“My teacher was drinking beer with my dad..!”

As a teacher, I ran the school football team in an inner-city primary for several years. I would involve parents – in the training sessions, helping out with washing the kit, running the kids to away matches – they loved it and their kids loved it too.

One evening after an away game, we’d just dropped all the kids off at their houses and one of the dad’s who’d been helping me – the father of a particularly challenging boy in my class and a man I was very keen to have involved because it clearly made a difference to his son’s motivation and behaviour – asked me would I like a cup of tea before I went home. It was a kind gesture and so I accepted.

I entered their home… was greeted by his wife… and by their slightly embarrassed but excited son… offered a seat on the sofa… chatted about the game (we’d lost)… drank a nice cup of tea…

and before I knew it, his wife had made me a sandwich and the father was taking a couple of beers from the fridge…

Now… have I crossed a boundary?

Have I now moved from a ‘professional’ to a ‘social’ context?

There’s a risk there isn’t there?  A judgement to be made.

On the one hand, ‘Little Johnny’ – as nice a boy as he was – might go in to school the next day and tell all his friends in the playground: “Hey..! my teacher was drinking beer with my dad in our house last night..!” and the possible perceptions that might flow from that.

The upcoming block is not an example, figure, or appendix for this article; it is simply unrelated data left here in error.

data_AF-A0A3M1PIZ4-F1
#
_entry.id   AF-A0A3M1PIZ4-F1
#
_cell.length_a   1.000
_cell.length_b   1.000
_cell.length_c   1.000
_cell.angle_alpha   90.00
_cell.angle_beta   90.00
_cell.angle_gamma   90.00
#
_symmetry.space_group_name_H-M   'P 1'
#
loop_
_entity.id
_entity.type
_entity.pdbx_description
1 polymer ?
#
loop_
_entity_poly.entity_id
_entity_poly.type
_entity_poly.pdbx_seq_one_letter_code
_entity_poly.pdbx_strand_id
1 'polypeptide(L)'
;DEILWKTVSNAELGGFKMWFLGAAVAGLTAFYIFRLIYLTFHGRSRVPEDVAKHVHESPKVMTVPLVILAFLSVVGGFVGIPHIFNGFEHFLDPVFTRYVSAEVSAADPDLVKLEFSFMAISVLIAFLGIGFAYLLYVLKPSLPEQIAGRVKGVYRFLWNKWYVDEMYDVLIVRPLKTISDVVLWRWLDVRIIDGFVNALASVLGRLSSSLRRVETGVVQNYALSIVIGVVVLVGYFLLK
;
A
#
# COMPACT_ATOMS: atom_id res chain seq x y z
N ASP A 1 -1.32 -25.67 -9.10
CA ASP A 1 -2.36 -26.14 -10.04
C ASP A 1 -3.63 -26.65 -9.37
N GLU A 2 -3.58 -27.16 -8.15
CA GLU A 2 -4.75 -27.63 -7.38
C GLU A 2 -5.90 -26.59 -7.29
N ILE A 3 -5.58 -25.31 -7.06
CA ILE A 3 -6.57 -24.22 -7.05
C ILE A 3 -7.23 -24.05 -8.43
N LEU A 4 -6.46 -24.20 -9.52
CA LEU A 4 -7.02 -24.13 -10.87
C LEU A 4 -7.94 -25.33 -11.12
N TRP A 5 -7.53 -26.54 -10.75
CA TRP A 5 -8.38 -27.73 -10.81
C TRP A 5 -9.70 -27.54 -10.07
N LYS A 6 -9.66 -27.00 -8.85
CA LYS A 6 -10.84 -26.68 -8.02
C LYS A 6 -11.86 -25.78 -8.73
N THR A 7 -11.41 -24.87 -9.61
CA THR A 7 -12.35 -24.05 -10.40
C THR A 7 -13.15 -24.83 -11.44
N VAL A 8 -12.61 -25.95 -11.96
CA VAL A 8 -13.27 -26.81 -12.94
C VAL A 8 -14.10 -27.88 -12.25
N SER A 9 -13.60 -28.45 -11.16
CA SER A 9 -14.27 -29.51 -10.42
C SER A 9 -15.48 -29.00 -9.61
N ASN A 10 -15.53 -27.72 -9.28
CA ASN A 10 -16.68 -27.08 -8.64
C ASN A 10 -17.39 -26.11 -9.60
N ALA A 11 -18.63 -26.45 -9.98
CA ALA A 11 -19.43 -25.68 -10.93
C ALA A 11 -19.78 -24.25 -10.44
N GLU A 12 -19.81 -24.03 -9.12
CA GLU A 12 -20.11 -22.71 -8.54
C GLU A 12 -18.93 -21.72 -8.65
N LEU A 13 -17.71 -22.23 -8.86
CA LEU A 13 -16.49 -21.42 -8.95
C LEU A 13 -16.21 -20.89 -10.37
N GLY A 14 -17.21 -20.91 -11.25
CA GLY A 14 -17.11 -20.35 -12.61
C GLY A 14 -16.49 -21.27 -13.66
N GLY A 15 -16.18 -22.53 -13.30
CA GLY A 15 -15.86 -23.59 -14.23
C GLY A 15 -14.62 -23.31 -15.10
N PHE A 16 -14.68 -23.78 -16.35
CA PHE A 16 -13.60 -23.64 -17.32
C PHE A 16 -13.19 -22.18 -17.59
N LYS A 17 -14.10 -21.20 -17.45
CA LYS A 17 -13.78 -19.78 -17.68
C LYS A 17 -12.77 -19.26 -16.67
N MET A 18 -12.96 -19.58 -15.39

On the other, I could politely decline the offer – a gesture of hospitality genuinely intended – and risk causing awkwardness and offending parents who I really want to be involved in their boy’s schooling.

There are always risks. And there are always judgements to be made.

Where and how do you make yours? What would you do?

My judgment was this: I accepted the offer of their hospitality, which I considered to be genuinely offered, so I accepted it in that spirit. My motivation was not that I needed a beer at the end of a hard day or that I needed some new friends. My motivation was not to offend those parents but to keep them involved in the school and their son’s education – so it was done with the best of intentions. Let the “best of intentions” guide your judgments and you won’t make that many mistakes. And when you do, they’ll be defensible.

Alan Newland worked as a teacher, teacher-trainer and headteacher in London for over 20 years and then for a decade with the DfE and the General Teaching Council. He now lectures on teaching and runs the award-winning social media network newteacherstalk.

You can follow him on Twitter at @newteacherstalk and book him for a talk at your teacher training centre.

His new book “Working in Teaching” (Crimson Publishing) was published in March 2014.

 

 

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